If you follow me on any kind of social media then you are sure to have noticed me use the #DeanWyeBloggers hashtag recently. A couple of weekends ago I was invited to join some fellow Outdoor Bloggers in the Forest of Dean for an activity weekend. I had planned to write just the one roundup post covering the weekend, but the organisers had packed in so much, it became far too unwieldy. So I’m splitting it into some more manageable chunks. First up, Puzzlewood.
Puzzlewood, Forest of Dean. A magical place.
I didn’t know a lot about the weekend before I jumped in the car on Friday morning and drove the 170 miles from my home in Lincoln down to Coleford in Gloucestershire with friend and fellow blogger Jenni from The Thrifty Magpies Nest. The organisers had purposefully kept things a bit of a mystery by not giving away exactly what we’d get up to while we were in their hands; we had an email with the address of our accommodation and a list of the kind of activities we might get take part in (to help with packing), but no schedule or confirmed experiences. I still don’t know whether I liked the mystery element, it messes with my desire to always be organised, but if it hadn’t been for the secrecy there is definitely one activity I would have avoided that I’m glad I didn’t. More on that another day.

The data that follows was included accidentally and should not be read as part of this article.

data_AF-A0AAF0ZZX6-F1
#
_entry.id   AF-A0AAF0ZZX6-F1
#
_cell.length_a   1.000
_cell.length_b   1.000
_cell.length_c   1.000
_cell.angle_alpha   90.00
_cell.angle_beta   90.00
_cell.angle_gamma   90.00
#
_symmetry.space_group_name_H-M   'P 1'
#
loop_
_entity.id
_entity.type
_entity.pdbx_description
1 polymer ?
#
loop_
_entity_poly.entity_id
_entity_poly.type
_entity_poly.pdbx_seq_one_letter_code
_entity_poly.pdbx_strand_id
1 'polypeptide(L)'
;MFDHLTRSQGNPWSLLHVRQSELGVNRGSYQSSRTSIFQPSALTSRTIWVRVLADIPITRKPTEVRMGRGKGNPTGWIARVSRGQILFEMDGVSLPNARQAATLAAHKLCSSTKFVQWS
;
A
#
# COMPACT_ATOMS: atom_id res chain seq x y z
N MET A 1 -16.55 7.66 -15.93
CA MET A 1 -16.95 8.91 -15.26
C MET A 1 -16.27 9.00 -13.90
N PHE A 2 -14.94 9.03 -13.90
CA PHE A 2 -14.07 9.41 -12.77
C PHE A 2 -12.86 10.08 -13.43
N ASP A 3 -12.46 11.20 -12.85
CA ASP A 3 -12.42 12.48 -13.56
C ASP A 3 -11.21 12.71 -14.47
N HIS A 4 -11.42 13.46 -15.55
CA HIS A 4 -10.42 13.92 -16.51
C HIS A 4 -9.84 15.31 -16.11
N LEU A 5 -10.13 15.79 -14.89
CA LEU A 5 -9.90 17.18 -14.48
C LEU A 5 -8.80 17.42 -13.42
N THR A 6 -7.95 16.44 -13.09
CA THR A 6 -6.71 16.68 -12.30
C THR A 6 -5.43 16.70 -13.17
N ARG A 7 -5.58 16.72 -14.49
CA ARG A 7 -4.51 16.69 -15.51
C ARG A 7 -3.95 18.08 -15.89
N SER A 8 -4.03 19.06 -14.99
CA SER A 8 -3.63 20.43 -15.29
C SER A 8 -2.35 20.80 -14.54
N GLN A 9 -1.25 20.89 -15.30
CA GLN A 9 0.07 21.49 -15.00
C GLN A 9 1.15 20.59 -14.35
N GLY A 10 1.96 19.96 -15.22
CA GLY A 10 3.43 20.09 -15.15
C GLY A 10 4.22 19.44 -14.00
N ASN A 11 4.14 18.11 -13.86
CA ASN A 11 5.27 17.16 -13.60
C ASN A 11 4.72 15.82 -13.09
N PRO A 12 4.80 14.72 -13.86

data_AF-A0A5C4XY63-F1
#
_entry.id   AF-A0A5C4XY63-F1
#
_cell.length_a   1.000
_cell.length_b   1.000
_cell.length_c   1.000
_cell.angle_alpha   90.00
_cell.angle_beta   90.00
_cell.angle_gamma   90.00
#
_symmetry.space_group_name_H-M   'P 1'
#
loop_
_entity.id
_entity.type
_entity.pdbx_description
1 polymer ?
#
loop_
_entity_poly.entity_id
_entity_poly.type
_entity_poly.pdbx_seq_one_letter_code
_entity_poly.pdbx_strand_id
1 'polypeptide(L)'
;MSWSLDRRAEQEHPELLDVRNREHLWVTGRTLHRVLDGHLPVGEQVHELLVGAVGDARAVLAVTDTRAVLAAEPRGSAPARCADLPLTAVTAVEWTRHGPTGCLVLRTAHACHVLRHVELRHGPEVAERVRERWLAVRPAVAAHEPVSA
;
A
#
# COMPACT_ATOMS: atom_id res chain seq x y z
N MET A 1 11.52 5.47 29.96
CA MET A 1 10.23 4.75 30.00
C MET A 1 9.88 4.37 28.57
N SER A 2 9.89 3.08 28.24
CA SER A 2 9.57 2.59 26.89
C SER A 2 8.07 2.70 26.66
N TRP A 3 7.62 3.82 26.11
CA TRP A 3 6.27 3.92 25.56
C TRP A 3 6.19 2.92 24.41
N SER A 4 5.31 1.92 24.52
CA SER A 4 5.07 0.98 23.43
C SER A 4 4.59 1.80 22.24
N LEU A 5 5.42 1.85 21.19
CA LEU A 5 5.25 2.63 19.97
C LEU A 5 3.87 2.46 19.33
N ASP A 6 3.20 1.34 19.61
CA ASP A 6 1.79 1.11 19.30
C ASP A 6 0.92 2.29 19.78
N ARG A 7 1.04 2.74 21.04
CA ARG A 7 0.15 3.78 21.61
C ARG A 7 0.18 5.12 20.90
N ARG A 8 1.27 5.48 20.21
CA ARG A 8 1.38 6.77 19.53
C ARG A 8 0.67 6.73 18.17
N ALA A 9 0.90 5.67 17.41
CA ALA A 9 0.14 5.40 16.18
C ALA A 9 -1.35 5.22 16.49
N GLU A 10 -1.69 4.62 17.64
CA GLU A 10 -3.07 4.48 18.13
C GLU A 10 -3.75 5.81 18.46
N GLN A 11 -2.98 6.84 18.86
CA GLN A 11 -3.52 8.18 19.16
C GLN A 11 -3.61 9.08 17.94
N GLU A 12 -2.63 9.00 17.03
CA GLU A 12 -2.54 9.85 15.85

The view from Puzzlewood House.
The one thing I did know was that I had been allocated a room in Puzzlewood House, on the Puzzlewood estate just outside the market town of Coleford. The Forest of Dean and Wye Valley covers a wide area across three counties and two countries, and I would be based right in the heart of it, in a self catering cottage in amongst fields and woodland.
Puzzlewood House is a three bedroomed cottage on two levels overlooking the farmyard and next to the café. I was in the twin room with its two single beds up on the first floor, and the two other bloggers who joined me (Greta from Mums Do Travel and Kirstie from The Family Adventure Project) had the family room on the ground floor with its double bed and bunk beds, and the double room up on the first floor. Between us we had a lovely large and comfortable kitchen/diner/lounge, and there was a large shower room on the ground floor and a larger bathroom on the first floor.
Inside Puzzlewood House.
To be honest we didn’t see much of the accommodation. The weekend was so packed that there was no time to sit and relax – I couldn’t tell you if the television in the lounge worked… But I can confirm that the sofa was comfortable for sitting and drinking tea first thing in the morning, the dining table was a handy place to sit and chat with my fellow bloggers, my bed was comfortable and helped provide much needed sleep, and the shower was hot and powerful enough to remove the mud I collected while out and about. Gretta, Kirstie and I were actually the first people to stay in the cottage since it was completely refurbished, and it has been done very nicely; everything you and your family might need for a holiday.
The farm cat.
Getting Lost in the Woods